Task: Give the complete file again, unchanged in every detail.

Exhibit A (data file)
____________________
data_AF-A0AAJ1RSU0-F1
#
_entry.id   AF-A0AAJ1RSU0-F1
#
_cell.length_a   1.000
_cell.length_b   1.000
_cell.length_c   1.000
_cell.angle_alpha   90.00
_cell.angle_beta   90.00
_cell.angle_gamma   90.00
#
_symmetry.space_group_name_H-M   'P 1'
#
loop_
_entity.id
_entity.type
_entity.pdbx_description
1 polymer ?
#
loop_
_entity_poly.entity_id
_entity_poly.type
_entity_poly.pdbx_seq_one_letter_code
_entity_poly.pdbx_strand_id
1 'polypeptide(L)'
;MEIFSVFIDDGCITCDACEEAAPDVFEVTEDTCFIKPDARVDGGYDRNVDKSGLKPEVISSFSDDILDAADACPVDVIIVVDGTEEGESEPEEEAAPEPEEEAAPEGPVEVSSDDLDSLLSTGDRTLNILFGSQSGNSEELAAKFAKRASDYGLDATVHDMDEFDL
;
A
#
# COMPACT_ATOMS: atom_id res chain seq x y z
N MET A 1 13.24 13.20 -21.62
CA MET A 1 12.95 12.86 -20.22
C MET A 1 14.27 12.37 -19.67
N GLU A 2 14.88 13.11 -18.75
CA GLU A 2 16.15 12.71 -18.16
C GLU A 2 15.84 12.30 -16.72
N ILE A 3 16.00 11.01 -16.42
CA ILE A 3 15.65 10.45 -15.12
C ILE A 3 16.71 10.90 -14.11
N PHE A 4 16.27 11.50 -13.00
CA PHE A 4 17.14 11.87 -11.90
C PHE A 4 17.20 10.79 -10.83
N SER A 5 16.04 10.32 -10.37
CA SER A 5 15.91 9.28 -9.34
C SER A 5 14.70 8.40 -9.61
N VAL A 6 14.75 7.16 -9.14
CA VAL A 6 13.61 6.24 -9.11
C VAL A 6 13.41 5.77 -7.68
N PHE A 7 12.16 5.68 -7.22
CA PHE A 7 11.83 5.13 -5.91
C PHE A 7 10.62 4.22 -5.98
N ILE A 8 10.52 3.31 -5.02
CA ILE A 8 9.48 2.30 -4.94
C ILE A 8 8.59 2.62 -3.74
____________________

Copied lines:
data_AF-A0AAJ1RSU0-F1
#
_entry.id   AF-A0AAJ1RSU0-F1
#
_cell.length_a   1.000
_cell.length_b   1.000
_cell.length_c   1.000
_cell.angle_alpha   90.00
_cell.angle_beta   90.00
_cell.angle_gamma   90.00
#
_symmetry.space_group_name_H-M   'P 1'
#
loop_
_entity.id
_entity.type
_entity.pdbx_description
1 polymer ?
#
loop_
_entity_poly.entity_id
_entity_poly.type
_entity_poly.pdbx_seq_one_letter_code
_entity_poly.pdbx_strand_id
1 'polypeptide(L)'
;MEIFSVFIDDGCITCDACEEAAPDVFEVTEDTCFIKPDARVDGGYDRNVDKSGLKPEVISSFSDDILDAADACPVDVIIVVDGTEEGESEPEEEAAPEPEEEAAPEGPVEVSSDDLDSLLSTGDRTLNILFGSQSGNSEELAAKFAKRASDYGLDATVHDMDEFDL
;
A
#
# COMPACT_ATOMS: atom_id res chain seq x y z
N MET A 1 13.24 13.20 -21.62
CA MET A 1 12.95 12.86 -20.22
C MET A 1 14.27 12.37 -19.67
N GLU A 2 14.88 13.11 -18.75
CA GLU A 2 16.15 12.71 -18.16
C GLU A 2 15.84 12.30 -16.72
N ILE A 3 16.00 11.01 -16.42
CA ILE A 3 15.65 10.45 -15.12
C ILE A 3 16.71 10.90 -14.11
N PHE A 4 16.27 11.50 -13.00
CA PHE A 4 17.14 11.87 -11.90
C PHE A 4 17.20 10.79 -10.83
N SER A 5 16.04 10.32 -10.37
CA SER A 5 15.91 9.28 -9.34
C SER A 5 14.70 8.40 -9.61
N VAL A 6 14.75 7.16 -9.14
CA VAL A 6 13.61 6.24 -9.11
C VAL A 6 13.41 5.77 -7.68
N PHE A 7 12.16 5.68 -7.22
CA PHE A 7 11.83 5.13 -5.91
C PHE A 7 10.62 4.22 -5.98
N ILE A 8 10.52 3.31 -5.02
CA ILE A 8 9.48 2.30 -4.94
C ILE A 8 8.59 2.62 -3.74